Update from the Garden
I did something crazy this past week as a bit of a Hail Mary to try to reclaim my asparagus patch, which has become increasingly overtaken by scotch grass. You see, when I began market gardening, I didn’t have a clue about weed suppression and weed management and so I turned in a cow field and planted the gorgeous little asparagus transplants that I had started from seed.

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Asparagus popping up after the rototiller assault. You can also see the peas and oats, which had been incorporated.

They initially did very well but over time, grass pressure increased and production decreased. Through online forums that I participate in, I met someone out of New YorK State who had done some experimenting with reclaiming asparagus patches. As such, I began my own mission… I did a shallow cultivation about 1 week before the asparagus was due to emerge. Then, I let the asparagus produce for about 5 weeks, which brings me to the past week when I mowed down the entire patch and shallow rototilled in the grass. I then seeded peas and oats and harrowed them in. The plan now is to allow the peas/oats to establish quicker than the grasses, but slower than the asparagus. Once the asparagus emerges again, the oats and peas will smother out the grasses underneath.

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Some of the uncovered squash plants.

I truly do not know if this will be successful, but this is what I have been up to! Aside from this sort of activity, my buddy Robyn and I removed 5,000 garlic scapes and along with my mom, we weeded the entire patch. Garlic is looking great! I am also doing some work on the greenhouse (we moved it to a new location recently) and I am busy trellising our already fairly large tomato plants.

This week’s share
1 Savoyed Cabbage
1 bunch Garlic Scapes
1 bunch Kale
1 bunch Sweet Hakurei Salad Turnips
1 bunch Scallions
1 bag Dill OR Cilantro
1 Choice Item: Kohlrabi OR Rainbow Chard OR Bok Choy OR Napa Cabbage
Large only: 1 extra bunch Hakurei, 1 extra bunch Scapes, 1 extra bag Herbs

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This week’s tip: Remove the tops and store them separatly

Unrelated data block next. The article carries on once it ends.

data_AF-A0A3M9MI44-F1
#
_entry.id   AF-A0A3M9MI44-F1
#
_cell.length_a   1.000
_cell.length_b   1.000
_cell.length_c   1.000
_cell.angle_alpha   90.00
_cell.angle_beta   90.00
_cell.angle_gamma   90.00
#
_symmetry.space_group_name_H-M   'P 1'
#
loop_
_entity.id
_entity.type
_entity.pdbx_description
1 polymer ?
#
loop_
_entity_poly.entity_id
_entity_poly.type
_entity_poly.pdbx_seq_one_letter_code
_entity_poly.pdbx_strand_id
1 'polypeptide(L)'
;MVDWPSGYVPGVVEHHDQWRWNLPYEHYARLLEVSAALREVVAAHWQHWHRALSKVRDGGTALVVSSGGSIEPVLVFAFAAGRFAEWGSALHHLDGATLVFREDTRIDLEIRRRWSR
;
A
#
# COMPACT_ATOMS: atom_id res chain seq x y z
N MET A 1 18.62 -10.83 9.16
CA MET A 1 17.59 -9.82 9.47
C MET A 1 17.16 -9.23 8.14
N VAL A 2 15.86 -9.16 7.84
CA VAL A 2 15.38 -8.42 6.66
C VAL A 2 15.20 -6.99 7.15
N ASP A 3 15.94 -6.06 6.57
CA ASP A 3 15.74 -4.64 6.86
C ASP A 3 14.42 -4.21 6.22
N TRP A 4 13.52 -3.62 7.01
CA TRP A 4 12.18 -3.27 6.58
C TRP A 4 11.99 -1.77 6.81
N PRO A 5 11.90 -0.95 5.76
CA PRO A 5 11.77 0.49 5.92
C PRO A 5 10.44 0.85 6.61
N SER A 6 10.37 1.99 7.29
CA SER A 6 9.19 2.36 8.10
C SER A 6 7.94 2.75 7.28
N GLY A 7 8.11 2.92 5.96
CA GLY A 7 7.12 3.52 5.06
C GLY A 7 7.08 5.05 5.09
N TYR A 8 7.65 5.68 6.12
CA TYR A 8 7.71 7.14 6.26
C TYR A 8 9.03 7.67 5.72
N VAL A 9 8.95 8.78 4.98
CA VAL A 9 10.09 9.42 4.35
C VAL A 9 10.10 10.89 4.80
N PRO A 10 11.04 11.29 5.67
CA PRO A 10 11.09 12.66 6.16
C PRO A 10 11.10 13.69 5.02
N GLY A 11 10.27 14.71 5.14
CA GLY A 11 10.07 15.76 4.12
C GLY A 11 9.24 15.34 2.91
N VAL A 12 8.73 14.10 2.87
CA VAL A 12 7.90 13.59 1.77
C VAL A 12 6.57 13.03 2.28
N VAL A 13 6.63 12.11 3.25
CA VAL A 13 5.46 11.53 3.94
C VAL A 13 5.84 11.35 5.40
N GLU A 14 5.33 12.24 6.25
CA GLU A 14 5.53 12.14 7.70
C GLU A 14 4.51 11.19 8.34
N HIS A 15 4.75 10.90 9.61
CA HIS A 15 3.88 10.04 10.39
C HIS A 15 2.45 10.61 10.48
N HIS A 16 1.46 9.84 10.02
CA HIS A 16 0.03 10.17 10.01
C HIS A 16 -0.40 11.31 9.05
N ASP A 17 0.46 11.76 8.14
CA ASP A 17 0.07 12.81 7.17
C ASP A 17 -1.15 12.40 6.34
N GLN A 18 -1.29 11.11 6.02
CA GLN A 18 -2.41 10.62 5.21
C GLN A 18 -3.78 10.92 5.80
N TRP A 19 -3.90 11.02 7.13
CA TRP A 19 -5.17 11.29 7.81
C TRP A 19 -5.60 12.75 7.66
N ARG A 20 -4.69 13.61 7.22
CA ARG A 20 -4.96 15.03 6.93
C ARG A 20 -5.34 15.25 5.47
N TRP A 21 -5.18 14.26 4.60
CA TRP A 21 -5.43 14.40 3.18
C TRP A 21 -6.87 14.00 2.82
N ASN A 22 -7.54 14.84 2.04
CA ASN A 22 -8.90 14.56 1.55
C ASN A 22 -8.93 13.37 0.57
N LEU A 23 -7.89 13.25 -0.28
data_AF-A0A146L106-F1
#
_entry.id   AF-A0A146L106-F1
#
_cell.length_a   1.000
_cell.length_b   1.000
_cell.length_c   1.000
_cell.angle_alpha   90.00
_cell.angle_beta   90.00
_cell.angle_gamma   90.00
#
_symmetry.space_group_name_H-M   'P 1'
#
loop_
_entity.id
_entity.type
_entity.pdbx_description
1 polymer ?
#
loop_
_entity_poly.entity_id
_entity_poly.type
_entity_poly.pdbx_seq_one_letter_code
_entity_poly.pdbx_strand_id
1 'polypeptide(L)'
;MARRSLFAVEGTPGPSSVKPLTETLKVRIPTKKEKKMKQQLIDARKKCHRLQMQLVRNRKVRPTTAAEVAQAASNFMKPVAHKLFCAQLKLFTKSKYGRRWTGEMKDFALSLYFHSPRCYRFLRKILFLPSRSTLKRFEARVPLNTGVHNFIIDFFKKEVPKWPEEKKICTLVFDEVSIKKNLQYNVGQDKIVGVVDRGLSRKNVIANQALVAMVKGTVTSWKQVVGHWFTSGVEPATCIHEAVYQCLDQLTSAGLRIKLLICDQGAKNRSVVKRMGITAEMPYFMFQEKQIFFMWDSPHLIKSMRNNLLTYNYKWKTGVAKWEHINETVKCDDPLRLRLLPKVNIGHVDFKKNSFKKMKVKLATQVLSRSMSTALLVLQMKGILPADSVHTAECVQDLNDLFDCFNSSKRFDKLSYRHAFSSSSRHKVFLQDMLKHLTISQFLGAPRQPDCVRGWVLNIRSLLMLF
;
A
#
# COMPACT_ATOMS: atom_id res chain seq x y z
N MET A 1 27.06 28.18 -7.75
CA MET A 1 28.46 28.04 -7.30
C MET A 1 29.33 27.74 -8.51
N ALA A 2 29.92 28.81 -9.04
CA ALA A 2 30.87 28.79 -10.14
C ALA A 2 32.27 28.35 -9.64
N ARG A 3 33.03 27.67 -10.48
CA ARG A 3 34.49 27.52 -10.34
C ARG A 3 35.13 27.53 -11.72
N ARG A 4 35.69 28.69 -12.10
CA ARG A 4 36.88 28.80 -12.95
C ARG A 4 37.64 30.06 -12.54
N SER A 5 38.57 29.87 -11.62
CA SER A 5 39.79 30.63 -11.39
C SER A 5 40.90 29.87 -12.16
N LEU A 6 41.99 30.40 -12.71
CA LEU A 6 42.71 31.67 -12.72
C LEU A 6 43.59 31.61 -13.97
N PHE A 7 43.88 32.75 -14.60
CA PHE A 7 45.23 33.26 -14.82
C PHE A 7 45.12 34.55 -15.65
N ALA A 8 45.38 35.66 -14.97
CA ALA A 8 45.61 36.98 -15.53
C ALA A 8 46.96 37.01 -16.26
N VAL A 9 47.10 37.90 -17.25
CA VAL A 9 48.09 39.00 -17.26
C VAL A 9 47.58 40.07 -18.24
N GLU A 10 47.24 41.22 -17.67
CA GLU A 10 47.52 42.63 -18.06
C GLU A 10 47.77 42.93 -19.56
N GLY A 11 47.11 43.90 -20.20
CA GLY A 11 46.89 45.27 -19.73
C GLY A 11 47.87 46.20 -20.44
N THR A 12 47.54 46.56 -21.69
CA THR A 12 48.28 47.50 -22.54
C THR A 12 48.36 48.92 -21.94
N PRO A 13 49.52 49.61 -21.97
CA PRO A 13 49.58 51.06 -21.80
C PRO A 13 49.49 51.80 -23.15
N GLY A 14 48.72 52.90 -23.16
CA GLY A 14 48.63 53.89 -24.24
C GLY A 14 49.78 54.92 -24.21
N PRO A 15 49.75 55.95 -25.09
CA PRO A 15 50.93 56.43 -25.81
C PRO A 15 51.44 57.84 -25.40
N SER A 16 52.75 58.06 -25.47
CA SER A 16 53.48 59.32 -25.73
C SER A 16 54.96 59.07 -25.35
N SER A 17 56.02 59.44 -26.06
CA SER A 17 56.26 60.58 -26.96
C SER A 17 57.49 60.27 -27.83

You can use most of the tops off our veg including kohlrabi, radishes, Hakurei turnips and beets. When you get home, remove the tops from the roots, etc. and store them separately in a bag or container. This will keep the tops nice and fresh and ready for you to saute or add to soups, stir-frys, salads etc.

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What to do with…. Garlic Scapes
Garlic scapes are the flower on garlic plants, which shoots off the main garlic stalk with a whimsical curl. We pick the scapes off the stalk in late June, so that the garlic plant can focus on developing the garlic bulb, which should be ready to harvest by the end of July. Garlic scapes are often described as a garlicky bean and are extremely easy to incorporate into most dishes. You can eat the entire scape…. my favourite way to prepare scapes is to roast them in the oven and put them on mashed potatoes. Here are some other things you can try:

  • Chop scapes and mix with sourcream for a dip
  • Chop scapes and sprinkle on salad (try them first to see how strong you find them)
  • Add scapes to eggs for a garlicky omelette
  • Chop scapes and add to a dressing
  • Add atop a pizza
  • Roast and blend to make a pesto – or add to an existing pesto

     

 

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